Don't pay the ransom. Invest in better recovery instead!
Once ransomware infects a network, it contaminates all the data it accesses, including system files and backup storage. Attacks like this quickly become full-blown disasters that can take days to restore, days in which business activities can be brought to a standstill.
Most ransomware comes from North Korea, Iran, and Russia. Greed is usually less of a motivation than a desire to inflict damage and sow chaos. The goal of harming people and organizations outweighs the desire to steal money.
Ransom demands are intended to stoke panic. It’s a natural reaction since data is the life’s blood of organizations. The urge to pay can be powerful, but enriching the criminals invites more extortion, and you have no assurance that they will hand over the keys to decrypt your data. Before you've fully recovered, you may be hit by more infections from the same source, causing yet more data loss.
So don’t give in.
Ransomware: A Growth Industry
While most types of malware attacks are leveling off in frequency, ransomware is on the rise.
- A 2020 HELPNET study cites a 39% decline in malware along with a 40% surge in ransomware globally.
- Ransomware costs for 2020 are estimated to have reached $20 billion for organizations worldwide (Purplesec).
- DATTO determined that one in five SMBs fell victim to ransomware attacks in 2020.
- 51% of the businesses surveyed by Sophos were hit by ransomware in 2020.
- Kaspersky, along with other sources, found that about one-third of companies surrender to ransom demands and pay up.
- Kaspersky also discovered that 34% of businesses hit with malware took a week or more to regain access to their data.
- Microsoft reports that purveyors of ransomware are taking full advantage of the pandemic by sending COVID-19-related phishing emails.
- In a mid-2020 survey, SONICWALL saw a 176% increase in malicious Microsoft Office file types, a 50% rise in IoT malware attacks, and a 109% ransomware spike in the US
Protection is Crucial…
Without strong firewalls and server defenses, plus up-to-date anti-virus and malware protection installed on every PC and laptop connected to your network, your data is vulnerable to attack. Although servers incur the most damage, attacks usually come via PC workstations and laptops connected to the network. Some variants infect environments without clicking, by exploiting unpatched systems or weak security.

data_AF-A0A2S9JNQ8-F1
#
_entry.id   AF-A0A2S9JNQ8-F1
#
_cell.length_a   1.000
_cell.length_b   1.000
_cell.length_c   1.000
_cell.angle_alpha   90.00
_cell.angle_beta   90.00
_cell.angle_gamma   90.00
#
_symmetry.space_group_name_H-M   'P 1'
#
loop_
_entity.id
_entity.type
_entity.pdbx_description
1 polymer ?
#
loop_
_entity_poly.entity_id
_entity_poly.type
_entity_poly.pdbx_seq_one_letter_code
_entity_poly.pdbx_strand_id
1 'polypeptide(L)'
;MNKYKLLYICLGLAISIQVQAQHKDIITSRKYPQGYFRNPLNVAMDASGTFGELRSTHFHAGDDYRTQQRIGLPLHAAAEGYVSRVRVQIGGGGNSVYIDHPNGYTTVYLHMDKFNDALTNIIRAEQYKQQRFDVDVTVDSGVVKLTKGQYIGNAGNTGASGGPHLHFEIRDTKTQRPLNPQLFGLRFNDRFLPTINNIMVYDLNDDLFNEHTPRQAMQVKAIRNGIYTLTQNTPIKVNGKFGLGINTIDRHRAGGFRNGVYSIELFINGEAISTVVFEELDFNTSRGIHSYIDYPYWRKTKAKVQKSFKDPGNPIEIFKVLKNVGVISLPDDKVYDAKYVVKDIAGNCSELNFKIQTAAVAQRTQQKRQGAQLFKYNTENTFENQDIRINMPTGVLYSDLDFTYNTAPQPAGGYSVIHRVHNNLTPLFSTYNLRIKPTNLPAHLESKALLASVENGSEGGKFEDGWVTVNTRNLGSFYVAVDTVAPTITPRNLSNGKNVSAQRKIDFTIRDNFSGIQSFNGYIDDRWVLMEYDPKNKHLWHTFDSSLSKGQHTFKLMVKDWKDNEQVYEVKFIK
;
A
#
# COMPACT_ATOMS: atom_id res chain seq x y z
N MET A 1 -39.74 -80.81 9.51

Essential Data Protection steps
- Always have a new-generation firewall in place.
- Know your security vulnerabilities.
- Establish company policies that bring all employees into the protection process.
- Educate employees about the risk of clicking on unknown links, since malware is commonly hidden in unverified email messages.
- Upgrade your security by installing the latest-generation endpoint protection software to stop viruses and malware at the PC / laptop level.
- Incorporate email filtering to block known viruses and malware.
- Consider a security monitoring service.
- Carefully evaluate your data backup solution and upgrade your tools accordingly.
Having a well-planned cybersecurity system is your first line of defense against all forms of malware, with ransomware at the top of the list.
Only robust disaster recovery can help you rebound quickly when ransomware breaches your defenses.
Malware developers are constantly creating new and more damaging ransomware. Even the best-defended system can be penetrated from time to time, and the ability to rapidly restore data and repair system damage is the only path to continuing operations and eliminating losses.
Optimum disaster recovery coverage can appear costly, but not in comparison with the potential losses that significant downtime and system rebuilding bring on. The key to minimizing your downtime from natural or manmade disasters is your recovery solution. If you have a file backup solution but no protection for your server or PC operating systems, now is the time to evaluate which computers and data sets are the most critical to your business and upgrade your protection to minimize your downtime.